Teacher: “Now, listen to me say ‘apple’ and repeat after me.”
Teacher: “Now write the word ‘apple’ on your paper.”
Teacher: “Very good. You may now go out and play.”
It is important to be polite, especially when you are talking to your teacher. Watch this video for examples of how to have a polite conversation. Many of the phrases in this video also apply to conversations held outside of a school setting.
A few key vocabulary phrases from this video are:
- this is difficult — a phrase that means “this is hard or challenging”
- going to school — a phrase that means someone is on their way to the educational building
- thank you for helping — a phrase expressing gratitude for someone’s assistance
Let’s look at some of the short conversations from the video:
You might hear this short conversation when a student arrives in the classroom. Notice how the student responds in a polite manner.
Teacher: “Please come in.”
Student: “Thank you very much.”
This conversation could happen after a student asks for help with a math problem. Again, the student is polite and thanks the teacher in the conversation.
Student: “Thank you for helping.”
Teacher: “No problem.”
The first day of school can be hard, but this video shows how to handle a conversation between a teacher and a new student. Pay attention to how the teacher talks to the class and how the new student introduces herself.
A few key vocabulary phrases from this video are:
- my name is — a phrase used to introduce yourself
- come in — a phrase inviting someone to enter a space
- sit down — a phrase encouraging someone to rest on a chair
Listen to the conversation in this video. The students greet the teacher and they ask how the teacher is doing. A new student also enters the classroom and meets the rest of the class.
This is another great example of being polite in the classroom.
Students: “Good morning.”
Teacher: “Good morning, everyone”
Students: “How are you?”
Teacher: “Fine thanks, how are you?”
Teacher: “Come in please.”
New Student: “Nice to meet you. My name is Kate.”
Students: “Nice to meet you, too. Sit down, please.”
New Student: “Thank you.”
This video covers some vocabulary words you will hear in a classroom. Repeat the words after you hear them in the video.
A few key vocabulary words from this video are:
- backpack — a bag for carrying items on your back
- colored pencil — art instrument with a colorful wax core
- locker — a compartment that is used for individual storage and can be locked
Let’s look at a sample conversation using some of the phrases from the video: In this scenario, we are going to pretend that the students put all of their backpacks in a pile before going to recess. When it is time to go back inside, the teacher tries to hand out the backpacks to the correct students.
Teacher: “Recess is over. Please pick up your backpack from me and get in line.”
Student: “May I please get my backpack?”
Teacher: “Which one is your backpack?”
Student: “My backpack is red.”
Teacher: “Here you go.”
Student: “Thank you.”
In another scenario, the students are in an art class. The teacher asks them to make a self-portrait.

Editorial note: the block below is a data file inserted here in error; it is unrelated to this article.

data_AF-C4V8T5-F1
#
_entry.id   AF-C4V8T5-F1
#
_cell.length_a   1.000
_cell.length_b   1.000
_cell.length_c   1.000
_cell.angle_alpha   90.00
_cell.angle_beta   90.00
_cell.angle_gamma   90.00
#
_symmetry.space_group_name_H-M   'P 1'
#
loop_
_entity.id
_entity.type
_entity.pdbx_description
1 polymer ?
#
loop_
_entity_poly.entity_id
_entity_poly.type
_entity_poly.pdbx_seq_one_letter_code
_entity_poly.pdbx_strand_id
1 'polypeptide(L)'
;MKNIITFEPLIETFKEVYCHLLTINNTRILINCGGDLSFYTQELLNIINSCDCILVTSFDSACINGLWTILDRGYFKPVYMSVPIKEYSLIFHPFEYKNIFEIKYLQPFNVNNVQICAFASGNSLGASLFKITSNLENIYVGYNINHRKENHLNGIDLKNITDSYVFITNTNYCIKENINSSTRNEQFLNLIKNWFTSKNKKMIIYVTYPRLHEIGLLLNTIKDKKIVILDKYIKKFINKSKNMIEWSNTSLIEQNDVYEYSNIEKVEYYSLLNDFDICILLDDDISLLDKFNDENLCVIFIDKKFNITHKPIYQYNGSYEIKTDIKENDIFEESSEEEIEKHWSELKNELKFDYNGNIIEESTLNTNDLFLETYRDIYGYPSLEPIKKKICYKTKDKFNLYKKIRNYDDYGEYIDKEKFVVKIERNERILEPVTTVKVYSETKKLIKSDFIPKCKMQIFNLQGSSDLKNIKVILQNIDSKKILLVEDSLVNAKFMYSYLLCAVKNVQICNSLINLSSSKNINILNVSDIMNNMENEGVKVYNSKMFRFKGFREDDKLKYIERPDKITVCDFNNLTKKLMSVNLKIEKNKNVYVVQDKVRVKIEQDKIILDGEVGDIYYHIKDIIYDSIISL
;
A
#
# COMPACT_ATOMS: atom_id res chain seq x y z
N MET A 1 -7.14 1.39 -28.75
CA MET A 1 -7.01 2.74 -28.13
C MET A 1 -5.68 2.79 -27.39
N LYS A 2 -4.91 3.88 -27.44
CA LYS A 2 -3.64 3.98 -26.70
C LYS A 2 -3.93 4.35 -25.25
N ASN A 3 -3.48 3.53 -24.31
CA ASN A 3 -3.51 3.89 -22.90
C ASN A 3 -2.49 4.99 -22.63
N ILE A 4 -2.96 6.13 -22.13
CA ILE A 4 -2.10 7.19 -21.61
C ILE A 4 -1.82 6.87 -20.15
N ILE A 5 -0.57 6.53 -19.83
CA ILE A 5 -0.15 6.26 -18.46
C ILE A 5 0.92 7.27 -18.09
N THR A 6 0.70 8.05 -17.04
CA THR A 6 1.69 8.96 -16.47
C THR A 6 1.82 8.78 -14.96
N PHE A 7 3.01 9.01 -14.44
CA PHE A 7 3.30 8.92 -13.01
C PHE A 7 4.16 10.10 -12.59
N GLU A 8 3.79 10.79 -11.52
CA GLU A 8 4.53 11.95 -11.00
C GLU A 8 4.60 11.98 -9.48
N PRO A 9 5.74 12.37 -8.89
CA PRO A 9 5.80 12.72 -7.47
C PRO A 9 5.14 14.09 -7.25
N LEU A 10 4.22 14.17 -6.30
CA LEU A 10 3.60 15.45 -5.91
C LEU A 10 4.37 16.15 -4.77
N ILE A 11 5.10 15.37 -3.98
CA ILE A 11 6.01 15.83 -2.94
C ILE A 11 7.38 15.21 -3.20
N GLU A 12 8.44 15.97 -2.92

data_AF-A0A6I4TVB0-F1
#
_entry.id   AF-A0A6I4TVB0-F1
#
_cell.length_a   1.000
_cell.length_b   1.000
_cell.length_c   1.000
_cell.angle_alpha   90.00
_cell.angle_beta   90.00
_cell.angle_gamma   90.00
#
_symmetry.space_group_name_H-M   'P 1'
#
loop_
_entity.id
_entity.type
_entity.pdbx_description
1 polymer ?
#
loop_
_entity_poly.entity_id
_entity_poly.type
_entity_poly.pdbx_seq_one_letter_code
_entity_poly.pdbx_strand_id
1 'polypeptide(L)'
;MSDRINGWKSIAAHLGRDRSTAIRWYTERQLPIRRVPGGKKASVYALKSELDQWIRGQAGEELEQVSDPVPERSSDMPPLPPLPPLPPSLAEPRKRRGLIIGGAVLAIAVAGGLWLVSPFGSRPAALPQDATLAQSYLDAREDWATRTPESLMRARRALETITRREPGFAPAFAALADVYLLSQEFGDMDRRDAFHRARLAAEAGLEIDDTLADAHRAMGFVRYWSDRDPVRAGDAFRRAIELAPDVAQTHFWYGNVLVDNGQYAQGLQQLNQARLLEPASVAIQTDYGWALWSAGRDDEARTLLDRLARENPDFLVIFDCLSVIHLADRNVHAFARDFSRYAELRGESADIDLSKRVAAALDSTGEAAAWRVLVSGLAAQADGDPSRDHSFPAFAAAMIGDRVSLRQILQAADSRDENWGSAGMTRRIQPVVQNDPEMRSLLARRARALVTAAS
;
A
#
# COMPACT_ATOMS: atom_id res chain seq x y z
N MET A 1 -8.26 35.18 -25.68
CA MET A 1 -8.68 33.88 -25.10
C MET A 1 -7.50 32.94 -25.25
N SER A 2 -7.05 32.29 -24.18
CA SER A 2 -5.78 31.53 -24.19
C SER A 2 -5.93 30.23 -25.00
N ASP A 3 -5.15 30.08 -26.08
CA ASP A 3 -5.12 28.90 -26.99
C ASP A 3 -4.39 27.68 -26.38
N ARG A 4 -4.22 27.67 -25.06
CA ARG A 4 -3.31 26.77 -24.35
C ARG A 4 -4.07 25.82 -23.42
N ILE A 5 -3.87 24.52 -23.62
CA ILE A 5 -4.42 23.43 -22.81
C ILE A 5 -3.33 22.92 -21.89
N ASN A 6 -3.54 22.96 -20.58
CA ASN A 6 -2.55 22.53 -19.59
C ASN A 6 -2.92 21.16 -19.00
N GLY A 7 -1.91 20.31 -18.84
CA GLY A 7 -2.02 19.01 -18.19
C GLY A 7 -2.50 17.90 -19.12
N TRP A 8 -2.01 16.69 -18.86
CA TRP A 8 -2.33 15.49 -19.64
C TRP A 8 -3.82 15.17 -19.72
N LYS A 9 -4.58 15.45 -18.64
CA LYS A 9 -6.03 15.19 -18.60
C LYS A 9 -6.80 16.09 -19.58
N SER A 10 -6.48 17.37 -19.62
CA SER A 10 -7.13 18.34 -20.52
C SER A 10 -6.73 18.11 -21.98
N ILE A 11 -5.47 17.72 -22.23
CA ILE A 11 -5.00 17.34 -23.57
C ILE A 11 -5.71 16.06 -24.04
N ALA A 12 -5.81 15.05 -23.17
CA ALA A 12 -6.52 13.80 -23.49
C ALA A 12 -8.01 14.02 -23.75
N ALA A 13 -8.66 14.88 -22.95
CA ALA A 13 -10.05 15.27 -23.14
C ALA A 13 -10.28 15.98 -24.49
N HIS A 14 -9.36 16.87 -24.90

Teacher: “Today I would like you to use any materials you have to make a self-portrait.”
Student: “I have many colored pencils.”
Teacher: “Colored pencils are perfect.”
Student: “Can I use crayons?”
Teacher: “Crayons are also great for this project.”
This clip from “Harry Potter and the Chamber of Secrets” is not a FluentU video, but you can still learn a lot from it! It is perfect for intermediate and advanced English learners.
In this scene, you will hear Professor McGonagall speak to her class about their lesson and the mysterious chamber of secrets. Be aware that since this is at a school for witches and wizards, some of the phrases are magical spells and are not in English. Focus on the way the students speak to their professor and the advanced vocabulary words used during the clip.
A few key vocabulary words from this video are:
- chamber — a room
- heir — one who inherits from an ancestor
- legend — a myth or story from the past
Let’s look at some of the conversations in this video.
First, notice how Professor McGonagall starts the class. She quiets the room and explains the lesson for the day.
Professor: “Could I have your attention, please. Today we will be transforming animals into water goblets.”
Later in the clip, a student named Hermione Granger raises her hand to ask a question. Notice how Professor McGonagall also addresses the student in a formal manner. This is not always common but it is a sign of mutual respect.
Professor: “Yes Miss Granger.”
Student: “Professor, I was wondering if you could tell us about the chamber of secrets?”
Professor: “Very well.”
English conversations only get better with practice. Write out your own sample conversations or use what you’ve learned to have a conversation in a classroom.
Remember, it is fine to not be perfect right away. Fluency is a journey and you are on your way to learning how to have polite conversations with a teacher in English.
Stephanie Brown is a New York City-based freelance writer. You can find her at The Adventuring Millennial.